One sentence too many

The format of the book is that each mistake gets a subhead, a sentence stating the mistake, one or more paragraphs explaining the mistake, and a final sentence restating the mistake. The final sentence restatement was one iteration too many.

Land development cycle

Roulac says the stages of a property are:

  1. undeveloped
  2. pre-developed
  3. developing
  4. developed
  5. declining
  6. redevelopment

He further says the most appreciation occurs in the pre-development and redevelopment stages. Over my head.

0% better than 15% or less

Roulac says that if an investor is not willing to commit at least 15% of his portfolio to an asset category like real estate, he should not invest in that asset category at all. The reason is the difficulty of devoting an adequate amount of time to the asset class.
If you devote, say, 60 hours a week to economic activities, 15% is only 9 hours—not enough to achieve meaningful expertise at anything. Readers of this newsletter are generally not violating that rule with regard to real estate like the people Roulac is talking about. But my readers may be violating that rule with regard to non-real-estate asset categories.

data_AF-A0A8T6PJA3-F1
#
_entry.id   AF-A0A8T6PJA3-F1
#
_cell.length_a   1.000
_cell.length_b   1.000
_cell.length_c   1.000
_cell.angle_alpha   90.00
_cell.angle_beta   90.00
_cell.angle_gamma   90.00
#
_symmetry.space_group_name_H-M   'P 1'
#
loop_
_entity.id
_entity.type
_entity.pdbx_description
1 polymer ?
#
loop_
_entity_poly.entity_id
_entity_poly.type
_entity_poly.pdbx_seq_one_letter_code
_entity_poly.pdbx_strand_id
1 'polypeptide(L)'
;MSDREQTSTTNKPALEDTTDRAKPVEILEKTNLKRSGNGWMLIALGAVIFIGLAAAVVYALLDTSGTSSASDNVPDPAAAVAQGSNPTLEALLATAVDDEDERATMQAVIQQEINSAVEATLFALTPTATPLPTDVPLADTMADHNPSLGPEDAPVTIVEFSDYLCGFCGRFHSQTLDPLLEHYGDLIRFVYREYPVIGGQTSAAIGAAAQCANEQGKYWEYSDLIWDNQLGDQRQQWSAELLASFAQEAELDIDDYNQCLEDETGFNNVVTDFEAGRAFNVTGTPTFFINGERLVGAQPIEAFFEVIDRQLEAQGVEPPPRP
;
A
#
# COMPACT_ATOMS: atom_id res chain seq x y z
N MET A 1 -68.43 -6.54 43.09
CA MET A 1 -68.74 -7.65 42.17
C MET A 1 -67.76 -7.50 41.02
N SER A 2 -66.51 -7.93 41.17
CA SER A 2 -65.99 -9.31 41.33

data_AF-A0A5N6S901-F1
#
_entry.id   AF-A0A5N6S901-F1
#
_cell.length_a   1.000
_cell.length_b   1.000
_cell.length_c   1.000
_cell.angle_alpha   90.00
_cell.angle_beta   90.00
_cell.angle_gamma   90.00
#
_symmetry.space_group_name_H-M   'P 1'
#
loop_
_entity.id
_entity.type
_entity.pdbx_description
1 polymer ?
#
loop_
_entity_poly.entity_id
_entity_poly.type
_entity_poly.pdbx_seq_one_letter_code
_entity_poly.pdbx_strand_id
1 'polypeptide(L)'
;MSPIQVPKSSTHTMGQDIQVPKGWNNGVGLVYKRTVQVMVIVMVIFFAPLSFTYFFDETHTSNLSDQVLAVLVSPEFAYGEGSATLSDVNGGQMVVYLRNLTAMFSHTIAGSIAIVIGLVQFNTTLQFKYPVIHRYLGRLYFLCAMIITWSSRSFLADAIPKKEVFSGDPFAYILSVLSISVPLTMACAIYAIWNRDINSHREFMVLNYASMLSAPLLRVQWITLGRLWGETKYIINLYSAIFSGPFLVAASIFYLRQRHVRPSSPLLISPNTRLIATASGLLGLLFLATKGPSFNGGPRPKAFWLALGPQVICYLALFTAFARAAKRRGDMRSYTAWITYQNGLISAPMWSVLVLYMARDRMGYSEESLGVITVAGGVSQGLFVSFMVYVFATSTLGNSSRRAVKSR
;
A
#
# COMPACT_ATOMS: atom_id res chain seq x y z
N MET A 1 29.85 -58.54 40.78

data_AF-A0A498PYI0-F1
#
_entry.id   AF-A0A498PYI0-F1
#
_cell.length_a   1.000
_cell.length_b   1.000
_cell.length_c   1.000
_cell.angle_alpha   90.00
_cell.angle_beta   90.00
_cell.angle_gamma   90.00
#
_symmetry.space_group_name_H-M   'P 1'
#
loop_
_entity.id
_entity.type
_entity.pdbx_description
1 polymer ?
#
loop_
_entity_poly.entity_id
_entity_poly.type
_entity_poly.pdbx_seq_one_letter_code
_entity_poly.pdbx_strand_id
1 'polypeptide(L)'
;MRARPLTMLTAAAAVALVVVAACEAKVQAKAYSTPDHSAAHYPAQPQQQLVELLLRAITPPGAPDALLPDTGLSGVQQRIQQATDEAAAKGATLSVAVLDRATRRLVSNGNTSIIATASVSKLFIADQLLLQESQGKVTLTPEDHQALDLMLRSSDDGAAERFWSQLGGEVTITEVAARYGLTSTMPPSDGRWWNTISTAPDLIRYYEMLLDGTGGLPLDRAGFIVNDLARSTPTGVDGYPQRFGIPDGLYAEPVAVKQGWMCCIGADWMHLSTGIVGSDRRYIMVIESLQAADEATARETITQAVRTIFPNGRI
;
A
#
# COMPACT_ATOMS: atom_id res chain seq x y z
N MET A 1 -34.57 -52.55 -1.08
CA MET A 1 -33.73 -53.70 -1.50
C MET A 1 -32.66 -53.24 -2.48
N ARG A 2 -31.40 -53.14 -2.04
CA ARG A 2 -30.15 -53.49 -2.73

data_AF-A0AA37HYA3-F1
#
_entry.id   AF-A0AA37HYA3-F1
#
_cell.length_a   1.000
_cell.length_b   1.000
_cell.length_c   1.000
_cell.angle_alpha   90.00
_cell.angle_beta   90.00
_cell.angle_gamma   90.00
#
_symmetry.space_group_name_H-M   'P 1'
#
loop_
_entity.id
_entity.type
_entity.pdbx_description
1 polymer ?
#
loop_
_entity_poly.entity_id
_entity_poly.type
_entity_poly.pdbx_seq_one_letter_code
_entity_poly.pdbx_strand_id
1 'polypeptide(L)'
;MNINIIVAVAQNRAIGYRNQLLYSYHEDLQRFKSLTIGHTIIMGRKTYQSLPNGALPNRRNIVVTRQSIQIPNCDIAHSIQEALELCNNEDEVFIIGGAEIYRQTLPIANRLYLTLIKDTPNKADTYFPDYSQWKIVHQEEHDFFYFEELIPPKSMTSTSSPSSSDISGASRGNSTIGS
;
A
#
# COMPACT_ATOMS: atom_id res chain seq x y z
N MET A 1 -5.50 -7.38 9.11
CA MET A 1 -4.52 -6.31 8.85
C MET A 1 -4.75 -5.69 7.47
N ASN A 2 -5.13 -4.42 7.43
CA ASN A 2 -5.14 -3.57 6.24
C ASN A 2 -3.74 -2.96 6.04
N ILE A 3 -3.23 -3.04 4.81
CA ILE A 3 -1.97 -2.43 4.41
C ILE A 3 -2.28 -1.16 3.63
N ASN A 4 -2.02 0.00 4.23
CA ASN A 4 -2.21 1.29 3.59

Roulac says that scholarly research says that you need more than a hundred properties to achieve adequate diversification. Makes sense. I have often lamented the inability to diversify in most individual real estate investment strategies because of the relative high cost of each property. I have also noted that there are a number of strategies that enable you to buy dozens or hundreds of properties or property interests like tenancies in common, judgments against real estate owners, slivers that are too small to build on, used timeshares, and so forth.
I should track down some of these scholarly studies and translate them to plain English so my readers can get more serious about meaningful diversification of their portfolios. Roulac’s new book is, for him, an uncharacteristically easy read. I recommend it.

Stephen Roulac sent me an advance copy, in part, to get a quote from me for the book cover. It’s there on the top of the back cover, but I was appalled to see on the top of the front cover a quote from Ron LeGrand—a guru I do not recommend. Please do not take my strong recommendation of Roulac’s book as a recommendation of LeGrand because of LeGrand’s appearance on the front cover of the Roulac book.